I saw "A History of Violence" the other evening. It's a very powerful movie, probably the best that Mr. Cronenberg has made (and that's saying something from the man who brought you "Dead Ringers"). There's a simplicity to this movie that is really haunting. And yes, there is violence. But it's not gratuitous. You see the before, the during, and the after. And the after is where the film really hits you. You see how violence is nothing more than poison, pure and simple. Yes, sometimes it can be necessary when you have no other option. But it is a poison.
Yesterday, I was pondering a discussion that folks were having about our current President. Considering that is approval ratings are hitting historic lows, it may be a good time to ask why this President was so popular for so long. And, considering his popularity (particularly post-September 11), why so many people are changing their minds. And last night, the answer hit me.
First, I'd like to say that I was wrong. I suspect most people don't care about "leadership" in the same way that I do. And since most people only see the President on TV for a few minutes an evening, there is scant opportunity to evaluate those qualities.
But I do think that they care about something else: getting even.
There is a scene in "A History of Violence" that disturbed me greatly. I am going to spoil it for you, but it won't damage your experience with the film (if you choose to go see it). The protagonist's teenage son is being picked on by the school bully. And then he gets even. Explosively. Violently. In public. The ferocity that this seemingly gentle teenager exhibits is nothing short of terrifying. And it was particularly terrifying to me because I saw myself up on that screen. I was that kid once. But I never got the chance to attack my tormenters and shove them to the ground and beat on them until the blood and snot ran out of their noses in equal amounts. I never got the chance to stand over their bleeding bodies and taunt them the way they taunted me ("How do you like that you fuckin' faggot!?! C'mon motherfucker! Get up and take it like a man you pussy!!!"). I never got the chance to make them feel as bad as they made me feel.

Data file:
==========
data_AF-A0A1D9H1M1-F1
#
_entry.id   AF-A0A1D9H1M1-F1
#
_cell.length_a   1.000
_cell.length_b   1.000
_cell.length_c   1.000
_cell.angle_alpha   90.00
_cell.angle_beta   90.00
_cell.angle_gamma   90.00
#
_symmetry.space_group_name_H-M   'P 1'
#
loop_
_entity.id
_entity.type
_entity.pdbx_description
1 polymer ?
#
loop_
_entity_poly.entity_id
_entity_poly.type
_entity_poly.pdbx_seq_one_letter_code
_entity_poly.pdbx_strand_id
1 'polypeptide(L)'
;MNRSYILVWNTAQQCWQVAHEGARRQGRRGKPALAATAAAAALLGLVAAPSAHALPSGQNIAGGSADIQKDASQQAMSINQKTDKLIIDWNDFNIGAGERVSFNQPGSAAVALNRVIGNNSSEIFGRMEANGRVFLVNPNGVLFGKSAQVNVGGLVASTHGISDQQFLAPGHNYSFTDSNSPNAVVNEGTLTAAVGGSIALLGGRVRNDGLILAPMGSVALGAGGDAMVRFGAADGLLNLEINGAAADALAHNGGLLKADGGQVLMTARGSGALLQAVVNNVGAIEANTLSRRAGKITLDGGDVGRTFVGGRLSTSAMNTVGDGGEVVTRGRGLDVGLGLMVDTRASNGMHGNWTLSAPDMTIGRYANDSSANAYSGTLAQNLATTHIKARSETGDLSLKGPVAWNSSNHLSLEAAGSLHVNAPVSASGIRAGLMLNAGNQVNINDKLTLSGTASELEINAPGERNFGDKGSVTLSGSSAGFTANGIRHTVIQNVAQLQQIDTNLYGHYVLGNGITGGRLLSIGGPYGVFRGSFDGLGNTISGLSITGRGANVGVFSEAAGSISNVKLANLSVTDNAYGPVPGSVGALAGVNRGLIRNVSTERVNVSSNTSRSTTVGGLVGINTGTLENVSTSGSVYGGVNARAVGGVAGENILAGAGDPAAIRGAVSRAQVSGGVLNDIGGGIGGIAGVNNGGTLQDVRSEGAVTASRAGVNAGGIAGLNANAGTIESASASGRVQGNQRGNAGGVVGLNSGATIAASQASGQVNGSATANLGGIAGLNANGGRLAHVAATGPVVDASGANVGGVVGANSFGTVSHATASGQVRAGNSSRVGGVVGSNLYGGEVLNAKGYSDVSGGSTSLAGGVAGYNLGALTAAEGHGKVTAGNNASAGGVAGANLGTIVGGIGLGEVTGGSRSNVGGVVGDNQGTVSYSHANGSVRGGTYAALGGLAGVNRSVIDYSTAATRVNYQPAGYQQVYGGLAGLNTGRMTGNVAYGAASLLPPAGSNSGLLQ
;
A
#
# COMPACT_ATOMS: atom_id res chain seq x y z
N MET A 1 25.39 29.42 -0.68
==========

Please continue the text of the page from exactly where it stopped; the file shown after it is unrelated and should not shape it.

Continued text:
And when the scene shifts back to home, we see the teenager trying to shrug off his suspension from school and failing. He knows, you see. He has learned that violence is poison. And now he is poisoned. Now he is changed. And he doesn't like what he has become.
I think that's what GWB sold to America: the chance to get even with the bully they never got even with in school. For a while, people bought it gladly and fervently. Because who doesn't want to get even with the bully? And now, five years later, it seems that many people don't like what they (and their country) have become.
Do I think this marks some great change in the political landscape? I dunno. But there is something in the wind, isn't there? I can almost taste the tang of buyer's remorse and regret.